Part 5 – Provide a Great Solution
Finally, if the reader has stayed with the article so far, you now have the chance to seal the deal. Provide your solution, recommendation, or whichever tips you have promised. Remember that you don’t necessarily need to create new paradigms about everything in every article you write. Your answer may not even be unique or unheard of.
But you need to present it in a compelling new way that makes it unique to you. Spend the next couple of paragraphs giving the reader everything they need to know about how you believe their problem can be solved. Make sure you don’t disappoint the user or have some sort of bait and switch. If you do so, the reader will lose all the trust and might never return to your articles ever again.
Part 6 – Get into More Details
After you’ve presented your solution, you can dig even deeper. By this time, you’ve captivated the reader. You’ve got him/her interested enough so that they’ve committed. Because you have that level of trust, now you can afford to be a bit more verbose.
Don’t lose the reader’s interest, though. Resist going on too many tangents or diverge from the subject. Keep your reader focused on the problem and the solution. Simply go a bit deeper into how the answer applies in real life.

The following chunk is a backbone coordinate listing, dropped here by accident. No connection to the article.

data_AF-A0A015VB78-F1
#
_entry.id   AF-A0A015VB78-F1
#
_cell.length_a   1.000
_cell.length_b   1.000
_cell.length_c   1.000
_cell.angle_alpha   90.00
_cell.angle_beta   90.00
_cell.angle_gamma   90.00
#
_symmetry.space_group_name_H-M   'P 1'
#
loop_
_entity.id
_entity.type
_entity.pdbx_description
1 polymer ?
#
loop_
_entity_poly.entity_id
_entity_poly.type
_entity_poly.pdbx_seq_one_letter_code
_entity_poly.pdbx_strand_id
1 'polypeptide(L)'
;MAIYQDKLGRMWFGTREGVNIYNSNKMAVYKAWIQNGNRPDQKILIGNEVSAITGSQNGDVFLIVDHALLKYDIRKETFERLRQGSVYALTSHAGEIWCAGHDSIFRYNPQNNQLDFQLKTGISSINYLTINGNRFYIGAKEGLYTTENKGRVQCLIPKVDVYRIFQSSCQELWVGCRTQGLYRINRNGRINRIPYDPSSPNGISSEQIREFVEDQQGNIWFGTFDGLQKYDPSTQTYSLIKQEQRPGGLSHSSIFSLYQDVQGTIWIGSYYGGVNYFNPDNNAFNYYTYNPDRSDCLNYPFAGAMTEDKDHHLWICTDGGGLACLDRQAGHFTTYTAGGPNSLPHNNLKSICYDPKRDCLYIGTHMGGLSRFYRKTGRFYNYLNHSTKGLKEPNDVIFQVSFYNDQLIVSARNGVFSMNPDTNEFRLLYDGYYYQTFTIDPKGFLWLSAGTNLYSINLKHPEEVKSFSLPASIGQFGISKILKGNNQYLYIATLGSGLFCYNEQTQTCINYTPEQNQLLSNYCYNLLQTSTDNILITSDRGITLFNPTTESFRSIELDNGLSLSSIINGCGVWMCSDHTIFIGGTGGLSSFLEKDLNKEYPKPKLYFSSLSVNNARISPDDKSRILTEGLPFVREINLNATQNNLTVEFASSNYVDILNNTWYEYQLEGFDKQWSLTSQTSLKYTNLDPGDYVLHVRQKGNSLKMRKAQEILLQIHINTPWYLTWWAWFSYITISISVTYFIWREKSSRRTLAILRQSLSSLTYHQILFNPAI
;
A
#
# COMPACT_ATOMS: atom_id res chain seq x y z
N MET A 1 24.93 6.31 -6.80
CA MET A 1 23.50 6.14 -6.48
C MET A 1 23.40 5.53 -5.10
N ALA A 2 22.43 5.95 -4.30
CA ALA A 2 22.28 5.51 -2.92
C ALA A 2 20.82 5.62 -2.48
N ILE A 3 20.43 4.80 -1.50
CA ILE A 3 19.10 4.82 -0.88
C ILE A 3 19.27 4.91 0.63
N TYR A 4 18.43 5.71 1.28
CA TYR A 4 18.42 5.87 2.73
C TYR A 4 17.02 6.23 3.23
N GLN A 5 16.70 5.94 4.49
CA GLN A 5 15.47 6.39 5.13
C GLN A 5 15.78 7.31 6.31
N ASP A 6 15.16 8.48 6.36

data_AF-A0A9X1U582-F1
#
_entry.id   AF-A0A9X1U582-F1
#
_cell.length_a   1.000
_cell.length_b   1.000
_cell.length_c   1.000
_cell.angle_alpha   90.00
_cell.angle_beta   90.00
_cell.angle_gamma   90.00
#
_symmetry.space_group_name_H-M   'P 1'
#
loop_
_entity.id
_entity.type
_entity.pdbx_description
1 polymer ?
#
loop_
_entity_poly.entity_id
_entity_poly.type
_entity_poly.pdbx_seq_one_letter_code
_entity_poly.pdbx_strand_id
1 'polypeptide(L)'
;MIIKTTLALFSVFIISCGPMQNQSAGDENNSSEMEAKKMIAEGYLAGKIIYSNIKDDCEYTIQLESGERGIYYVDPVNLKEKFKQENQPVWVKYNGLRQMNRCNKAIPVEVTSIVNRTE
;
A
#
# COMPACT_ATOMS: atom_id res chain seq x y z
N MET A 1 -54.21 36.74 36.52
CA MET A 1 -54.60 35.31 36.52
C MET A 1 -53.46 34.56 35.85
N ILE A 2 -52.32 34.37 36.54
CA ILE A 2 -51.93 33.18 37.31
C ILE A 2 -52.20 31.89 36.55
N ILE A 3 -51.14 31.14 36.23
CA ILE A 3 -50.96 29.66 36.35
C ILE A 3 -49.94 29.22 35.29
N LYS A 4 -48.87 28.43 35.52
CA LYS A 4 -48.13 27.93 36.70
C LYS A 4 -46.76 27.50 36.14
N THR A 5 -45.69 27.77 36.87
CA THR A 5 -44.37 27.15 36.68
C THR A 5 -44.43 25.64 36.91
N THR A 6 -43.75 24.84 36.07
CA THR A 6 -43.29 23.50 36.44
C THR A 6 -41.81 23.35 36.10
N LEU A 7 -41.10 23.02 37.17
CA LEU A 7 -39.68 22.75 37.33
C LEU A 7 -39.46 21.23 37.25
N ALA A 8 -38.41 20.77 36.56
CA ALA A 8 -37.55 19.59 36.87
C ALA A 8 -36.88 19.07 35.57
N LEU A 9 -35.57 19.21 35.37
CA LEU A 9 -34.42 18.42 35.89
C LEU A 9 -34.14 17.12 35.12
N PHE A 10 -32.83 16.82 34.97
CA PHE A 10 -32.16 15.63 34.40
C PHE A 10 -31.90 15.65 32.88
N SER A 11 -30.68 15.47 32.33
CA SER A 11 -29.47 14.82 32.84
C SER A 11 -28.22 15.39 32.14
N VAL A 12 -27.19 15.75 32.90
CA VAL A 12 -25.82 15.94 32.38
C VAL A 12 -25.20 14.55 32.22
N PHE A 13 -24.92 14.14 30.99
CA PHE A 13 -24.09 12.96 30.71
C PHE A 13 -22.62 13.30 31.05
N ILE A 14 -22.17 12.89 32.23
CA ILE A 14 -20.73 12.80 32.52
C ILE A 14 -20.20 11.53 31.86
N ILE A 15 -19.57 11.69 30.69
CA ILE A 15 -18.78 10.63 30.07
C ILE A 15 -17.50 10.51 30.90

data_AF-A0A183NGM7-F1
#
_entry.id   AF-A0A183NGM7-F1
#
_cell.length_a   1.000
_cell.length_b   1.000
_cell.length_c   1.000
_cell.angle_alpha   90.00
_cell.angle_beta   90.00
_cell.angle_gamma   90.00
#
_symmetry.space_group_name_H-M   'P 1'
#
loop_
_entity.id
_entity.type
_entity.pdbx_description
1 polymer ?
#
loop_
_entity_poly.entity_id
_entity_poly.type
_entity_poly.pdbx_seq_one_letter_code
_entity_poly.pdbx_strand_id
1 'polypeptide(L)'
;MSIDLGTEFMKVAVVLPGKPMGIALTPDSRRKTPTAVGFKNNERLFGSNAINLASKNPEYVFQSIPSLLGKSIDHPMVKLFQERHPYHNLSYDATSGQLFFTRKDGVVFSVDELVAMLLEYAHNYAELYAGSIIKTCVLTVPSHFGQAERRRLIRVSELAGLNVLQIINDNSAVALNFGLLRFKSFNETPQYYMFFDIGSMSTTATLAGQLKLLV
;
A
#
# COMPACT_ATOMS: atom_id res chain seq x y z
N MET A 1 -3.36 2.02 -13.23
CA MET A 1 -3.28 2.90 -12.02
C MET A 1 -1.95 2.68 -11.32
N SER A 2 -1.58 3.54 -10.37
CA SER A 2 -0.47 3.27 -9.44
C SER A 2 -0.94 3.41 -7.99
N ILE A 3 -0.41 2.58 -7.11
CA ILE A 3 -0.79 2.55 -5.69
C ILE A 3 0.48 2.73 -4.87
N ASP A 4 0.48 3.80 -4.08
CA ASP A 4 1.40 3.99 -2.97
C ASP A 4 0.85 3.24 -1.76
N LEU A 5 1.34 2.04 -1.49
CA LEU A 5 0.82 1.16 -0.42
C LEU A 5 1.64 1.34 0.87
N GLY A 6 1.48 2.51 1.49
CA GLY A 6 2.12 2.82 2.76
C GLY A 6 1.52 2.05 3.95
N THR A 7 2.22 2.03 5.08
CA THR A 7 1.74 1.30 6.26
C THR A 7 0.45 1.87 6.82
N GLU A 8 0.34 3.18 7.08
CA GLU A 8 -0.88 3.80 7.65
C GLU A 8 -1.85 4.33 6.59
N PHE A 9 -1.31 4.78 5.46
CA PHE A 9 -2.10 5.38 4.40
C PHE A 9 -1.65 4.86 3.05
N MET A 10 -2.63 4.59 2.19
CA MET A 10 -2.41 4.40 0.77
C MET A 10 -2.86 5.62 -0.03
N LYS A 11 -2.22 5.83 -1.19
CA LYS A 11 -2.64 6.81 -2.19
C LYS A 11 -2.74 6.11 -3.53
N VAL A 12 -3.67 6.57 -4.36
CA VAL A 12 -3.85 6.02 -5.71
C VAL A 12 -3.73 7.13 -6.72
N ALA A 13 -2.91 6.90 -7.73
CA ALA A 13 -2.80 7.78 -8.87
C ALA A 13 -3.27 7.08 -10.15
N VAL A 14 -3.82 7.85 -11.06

It’s good to be theoretical, but practical examples are your best bet. In this detail section, you can take your solution and provide examples or proof of the effectiveness of the solution.
Part 7 – Wrap-Up Conclusion
Once you’ve completed your solution’s detail, it’s time to let go. Wrap it all up into a conclusion to leave the reader satisfied. Restate the problem shortly, and give another sprinkle of your solution. Let the reader feel like they are parting with this article, having obtained a real-life solution to a real-life problem that they can go ahead and implement right away.
Don’t linger too much. The conclusion must be short and sweet.
Part 8 – Call to Action